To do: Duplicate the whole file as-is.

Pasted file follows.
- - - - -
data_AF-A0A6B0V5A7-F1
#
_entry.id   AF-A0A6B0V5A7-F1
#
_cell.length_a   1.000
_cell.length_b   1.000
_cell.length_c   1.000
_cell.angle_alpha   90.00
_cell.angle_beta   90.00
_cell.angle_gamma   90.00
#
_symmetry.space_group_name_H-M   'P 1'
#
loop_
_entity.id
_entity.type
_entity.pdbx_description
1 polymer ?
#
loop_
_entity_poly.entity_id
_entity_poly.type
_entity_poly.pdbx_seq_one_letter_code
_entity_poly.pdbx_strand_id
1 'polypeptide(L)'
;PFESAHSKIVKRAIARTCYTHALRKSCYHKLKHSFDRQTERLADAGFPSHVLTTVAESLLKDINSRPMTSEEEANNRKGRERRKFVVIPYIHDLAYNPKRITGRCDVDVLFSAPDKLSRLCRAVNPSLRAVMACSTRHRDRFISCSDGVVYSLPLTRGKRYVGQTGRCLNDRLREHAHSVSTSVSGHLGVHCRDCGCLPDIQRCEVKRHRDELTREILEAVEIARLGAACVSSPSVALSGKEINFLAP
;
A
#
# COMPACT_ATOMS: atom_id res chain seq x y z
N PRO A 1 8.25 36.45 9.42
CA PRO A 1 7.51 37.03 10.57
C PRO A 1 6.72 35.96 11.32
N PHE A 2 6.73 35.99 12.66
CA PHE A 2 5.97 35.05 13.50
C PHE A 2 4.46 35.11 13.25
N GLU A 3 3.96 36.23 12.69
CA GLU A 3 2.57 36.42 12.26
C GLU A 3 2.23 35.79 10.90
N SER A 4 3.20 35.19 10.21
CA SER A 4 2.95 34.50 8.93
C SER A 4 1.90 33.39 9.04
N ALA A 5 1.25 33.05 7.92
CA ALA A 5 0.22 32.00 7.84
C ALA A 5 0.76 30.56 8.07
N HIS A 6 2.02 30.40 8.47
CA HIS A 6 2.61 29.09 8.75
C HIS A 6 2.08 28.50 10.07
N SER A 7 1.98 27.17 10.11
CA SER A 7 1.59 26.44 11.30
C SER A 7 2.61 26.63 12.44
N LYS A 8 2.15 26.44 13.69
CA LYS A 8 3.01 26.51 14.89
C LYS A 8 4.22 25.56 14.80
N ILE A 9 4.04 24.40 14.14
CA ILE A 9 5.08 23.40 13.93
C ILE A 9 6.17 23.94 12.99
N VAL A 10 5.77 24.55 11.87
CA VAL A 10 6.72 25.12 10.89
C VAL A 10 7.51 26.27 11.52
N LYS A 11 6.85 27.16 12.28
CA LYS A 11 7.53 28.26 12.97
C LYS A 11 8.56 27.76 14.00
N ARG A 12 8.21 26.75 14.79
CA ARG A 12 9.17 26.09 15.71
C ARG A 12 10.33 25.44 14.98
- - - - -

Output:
data_AF-A0A6B0V5A7-F1
#
_entry.id   AF-A0A6B0V5A7-F1
#
_cell.length_a   1.000
_cell.length_b   1.000
_cell.length_c   1.000
_cell.angle_alpha   90.00
_cell.angle_beta   90.00
_cell.angle_gamma   90.00
#
_symmetry.space_group_name_H-M   'P 1'
#
loop_
_entity.id
_entity.type
_entity.pdbx_description
1 polymer ?
#
loop_
_entity_poly.entity_id
_entity_poly.type
_entity_poly.pdbx_seq_one_letter_code
_entity_poly.pdbx_strand_id
1 'polypeptide(L)'
;PFESAHSKIVKRAIARTCYTHALRKSCYHKLKHSFDRQTERLADAGFPSHVLTTVAESLLKDINSRPMTSEEEANNRKGRERRKFVVIPYIHDLAYNPKRITGRCDVDVLFSAPDKLSRLCRAVNPSLRAVMACSTRHRDRFISCSDGVVYSLPLTRGKRYVGQTGRCLNDRLREHAHSVSTSVSGHLGVHCRDCGCLPDIQRCEVKRHRDELTREILEAVEIARLGAACVSSPSVALSGKEINFLAP
;
A
#
# COMPACT_ATOMS: atom_id res chain seq x y z
N PRO A 1 8.25 36.45 9.42
CA PRO A 1 7.51 37.03 10.57
C PRO A 1 6.72 35.96 11.32
N PHE A 2 6.73 35.99 12.66
CA PHE A 2 5.97 35.05 13.50
C PHE A 2 4.46 35.11 13.25
N GLU A 3 3.96 36.23 12.69
CA GLU A 3 2.57 36.42 12.26
C GLU A 3 2.23 35.79 10.90
N SER A 4 3.20 35.19 10.21
CA SER A 4 2.95 34.50 8.93
C SER A 4 1.90 33.39 9.04
N ALA A 5 1.25 33.05 7.92
CA ALA A 5 0.22 32.00 7.84
C ALA A 5 0.76 30.56 8.07
N HIS A 6 2.02 30.40 8.47
CA HIS A 6 2.61 29.09 8.75
C HIS A 6 2.08 28.50 10.07
N SER A 7 1.98 27.17 10.11
CA SER A 7 1.59 26.44 11.30
C SER A 7 2.61 26.63 12.44
N LYS A 8 2.15 26.44 13.69
CA LYS A 8 3.01 26.51 14.89
C LYS A 8 4.22 25.56 14.80
N ILE A 9 4.04 24.40 14.14
CA ILE A 9 5.08 23.40 13.93
C ILE A 9 6.17 23.94 12.99
N VAL A 10 5.77 24.55 11.87
CA VAL A 10 6.72 25.12 10.89
C VAL A 10 7.51 26.27 11.52
N LYS A 11 6.85 27.16 12.28
CA LYS A 11 7.53 28.26 12.97
C LYS A 11 8.56 27.76 14.00
N ARG A 12 8.21 26.75 14.79
CA ARG A 12 9.17 26.09 15.71
C ARG A 12 10.33 25.44 14.98